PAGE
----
Playful, Quirky Indie Classical Sounds at Lincoln Center
“We are home to free year-round programming that is as eclectic as you are this evening.” Lincoln Center’s Meera Dugal grinned as she introduced Sugar Vendil’s Nouveau Classical Project a couple hours ago in the Broadway atrium space. “A project that we’ve been dreaming about having for a long time,” Dugal confided: “One thing that’s very unique about this ensemble is that these pieces were all commissioned by the band.” On a bill assembled jointly by Lincoln Center with the Asian-American Arts Alliance, this performance was a rare opportunity to hear a first-class group of instrumentalists tackle some quirky, playful material which is pretty much exclusive to the ensemble right now, as Dugal pointed out.
Clarinetist Mara Mayer kicked off Olga Bell’s Zero Initiative against samples of banal crowd conversation, flutist Laura Cocks dancing over the staccato strings of violinist Maya Bennardo and cellist Thea Mesirow. Pianist Vendil joined the dance and then backed away as the music decayed to calm washes, then leapt back in. Onstage, the piece seemed both more dynamic and more hypnotic than the version on their new album Currents – but that’s a vey subjective observation. A flitting riff that the band quickly disassembled seemed lifted from Tschaikovsky’s 1812 Overture, no surprise considering that Bell originally hails from Russia.
The second piece on the bill was Isaac Shankler’s Artifacts, whose maddeningly tricky opening rhythms and expectant upward trajectories also seemed more frenetic and bustling than the bubbly recorded version. Light electronic touches filtered through the mix behind emphatic, catchy, cell-like phrases, which fell away for enigmatically crescendoing ambience punctuated by delicate flickers from the winds. The tongue-in-cheek disco pageantry midway through was mostly confined to the laptop.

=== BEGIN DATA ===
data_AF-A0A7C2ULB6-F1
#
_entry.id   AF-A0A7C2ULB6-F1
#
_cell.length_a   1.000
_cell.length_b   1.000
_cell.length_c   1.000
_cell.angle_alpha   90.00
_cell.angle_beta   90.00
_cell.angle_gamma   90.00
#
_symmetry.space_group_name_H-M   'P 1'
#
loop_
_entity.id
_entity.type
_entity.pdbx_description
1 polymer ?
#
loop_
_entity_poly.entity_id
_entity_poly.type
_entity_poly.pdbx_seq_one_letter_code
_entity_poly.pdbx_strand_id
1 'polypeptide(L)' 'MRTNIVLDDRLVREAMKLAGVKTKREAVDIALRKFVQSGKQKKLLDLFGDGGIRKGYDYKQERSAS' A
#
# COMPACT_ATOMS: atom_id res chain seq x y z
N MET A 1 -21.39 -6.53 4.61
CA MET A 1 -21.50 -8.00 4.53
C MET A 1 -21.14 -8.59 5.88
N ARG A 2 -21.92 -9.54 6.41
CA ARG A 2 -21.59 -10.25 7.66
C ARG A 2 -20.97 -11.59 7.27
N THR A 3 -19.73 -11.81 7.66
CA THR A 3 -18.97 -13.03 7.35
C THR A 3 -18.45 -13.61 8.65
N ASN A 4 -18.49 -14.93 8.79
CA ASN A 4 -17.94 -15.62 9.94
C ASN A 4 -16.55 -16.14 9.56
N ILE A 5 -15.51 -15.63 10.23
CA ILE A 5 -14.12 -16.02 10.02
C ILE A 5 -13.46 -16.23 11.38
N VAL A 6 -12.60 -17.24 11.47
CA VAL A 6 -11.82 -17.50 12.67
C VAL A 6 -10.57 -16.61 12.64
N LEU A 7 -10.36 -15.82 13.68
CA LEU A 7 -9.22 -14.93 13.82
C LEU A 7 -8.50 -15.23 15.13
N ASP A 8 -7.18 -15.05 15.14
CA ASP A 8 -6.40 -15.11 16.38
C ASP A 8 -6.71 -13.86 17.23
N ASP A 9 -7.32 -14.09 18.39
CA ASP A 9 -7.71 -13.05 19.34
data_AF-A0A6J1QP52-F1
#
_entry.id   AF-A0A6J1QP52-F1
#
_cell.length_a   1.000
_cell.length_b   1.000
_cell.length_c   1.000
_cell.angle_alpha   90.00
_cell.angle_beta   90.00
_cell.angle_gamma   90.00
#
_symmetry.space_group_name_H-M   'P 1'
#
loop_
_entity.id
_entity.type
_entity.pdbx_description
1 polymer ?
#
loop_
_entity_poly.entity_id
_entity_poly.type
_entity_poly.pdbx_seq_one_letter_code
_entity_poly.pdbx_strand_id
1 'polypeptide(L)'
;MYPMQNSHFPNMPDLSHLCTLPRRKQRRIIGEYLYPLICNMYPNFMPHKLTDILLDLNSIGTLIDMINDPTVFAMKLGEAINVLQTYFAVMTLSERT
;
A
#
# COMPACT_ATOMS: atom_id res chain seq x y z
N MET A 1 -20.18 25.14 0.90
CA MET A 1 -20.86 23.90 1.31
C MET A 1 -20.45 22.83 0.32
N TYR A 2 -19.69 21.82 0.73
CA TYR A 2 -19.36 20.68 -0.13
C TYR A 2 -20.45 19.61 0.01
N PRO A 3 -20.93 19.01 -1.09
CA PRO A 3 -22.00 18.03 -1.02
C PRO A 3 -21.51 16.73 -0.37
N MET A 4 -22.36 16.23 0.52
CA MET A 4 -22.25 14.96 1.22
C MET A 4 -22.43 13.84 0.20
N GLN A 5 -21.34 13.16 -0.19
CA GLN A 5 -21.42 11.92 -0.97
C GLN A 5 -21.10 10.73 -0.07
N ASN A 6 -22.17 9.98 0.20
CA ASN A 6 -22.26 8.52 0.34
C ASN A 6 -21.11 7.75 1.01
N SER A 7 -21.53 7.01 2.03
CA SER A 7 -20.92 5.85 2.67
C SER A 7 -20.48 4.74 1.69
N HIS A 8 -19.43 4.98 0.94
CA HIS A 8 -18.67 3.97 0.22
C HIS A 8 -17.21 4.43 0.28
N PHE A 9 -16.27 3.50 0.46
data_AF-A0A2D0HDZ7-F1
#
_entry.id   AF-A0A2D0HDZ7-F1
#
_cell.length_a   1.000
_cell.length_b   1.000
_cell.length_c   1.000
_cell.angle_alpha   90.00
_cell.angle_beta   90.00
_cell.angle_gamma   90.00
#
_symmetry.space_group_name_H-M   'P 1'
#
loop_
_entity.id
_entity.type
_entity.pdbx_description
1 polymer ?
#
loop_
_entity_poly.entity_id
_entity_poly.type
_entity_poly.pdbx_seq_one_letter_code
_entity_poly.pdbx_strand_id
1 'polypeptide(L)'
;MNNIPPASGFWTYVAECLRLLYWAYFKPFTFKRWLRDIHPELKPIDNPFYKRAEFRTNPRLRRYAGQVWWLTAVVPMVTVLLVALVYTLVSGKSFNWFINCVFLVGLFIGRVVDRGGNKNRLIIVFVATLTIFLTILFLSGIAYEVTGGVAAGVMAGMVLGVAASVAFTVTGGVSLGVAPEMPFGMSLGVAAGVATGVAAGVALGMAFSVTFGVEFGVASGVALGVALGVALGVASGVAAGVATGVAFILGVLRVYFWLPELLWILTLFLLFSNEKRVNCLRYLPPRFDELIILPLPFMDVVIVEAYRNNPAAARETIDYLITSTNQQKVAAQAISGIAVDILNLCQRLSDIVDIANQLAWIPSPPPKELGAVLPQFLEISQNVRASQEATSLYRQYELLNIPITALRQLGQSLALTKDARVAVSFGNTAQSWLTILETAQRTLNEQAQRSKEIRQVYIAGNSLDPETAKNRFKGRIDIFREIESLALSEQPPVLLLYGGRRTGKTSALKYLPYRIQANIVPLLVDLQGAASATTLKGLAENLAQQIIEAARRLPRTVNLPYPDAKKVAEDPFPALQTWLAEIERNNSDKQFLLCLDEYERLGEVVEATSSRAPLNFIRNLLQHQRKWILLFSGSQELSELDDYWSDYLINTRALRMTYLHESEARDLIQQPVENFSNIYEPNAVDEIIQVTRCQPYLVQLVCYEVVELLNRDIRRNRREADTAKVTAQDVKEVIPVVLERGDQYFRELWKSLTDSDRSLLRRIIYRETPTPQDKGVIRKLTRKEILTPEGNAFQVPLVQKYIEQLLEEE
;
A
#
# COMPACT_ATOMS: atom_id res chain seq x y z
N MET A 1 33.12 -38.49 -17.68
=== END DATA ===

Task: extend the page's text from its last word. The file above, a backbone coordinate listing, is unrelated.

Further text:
David Bird’s Cy Twombly homage, simply titled Cy, had a similarly ambient intro, the ensemble’s momentary microtonal motives creating a pervasive restlessness that eventually verged on terror. Clarinetist Eric Umble led them safely underneath, at least until Mesirow dug in hard on her glissandos and scrapes.The music came across as less horizontal than a brisk limo ride over a series of speed bumps.
They closed with Gabrielle Herbst’s Where Is My Voice – which as it turned out was on the laptop as well, the group’s calm resonance anchoring flitting samples of vocalese and labored breathing. Then they picked up with a hammering, Julia Wolfe-like insistence before Cocks’ agitated spirals and Vendil’s catchy lefthand riffage provided a cloudburst. Moody Satie-esque themes and syncopated circular hooks, led by Mayer’s luscious bass clarinet, punctuated the stillness of the rest of the work. Everybody in the group rocked custom-made stagewear by Jenny Lai: it’s classy, and it’s not all black.
The next concert in the mostly-weekly series at the Lincoln Center atrium space on Broadway just north of 62nd St. is Dec 13 at 7:30 PM with wildly eclectic virtuoso violist and film composer Ljova, a.k.a. Lev Zhurbin leading a series of colorful ensembles. Get there early if you want a seat.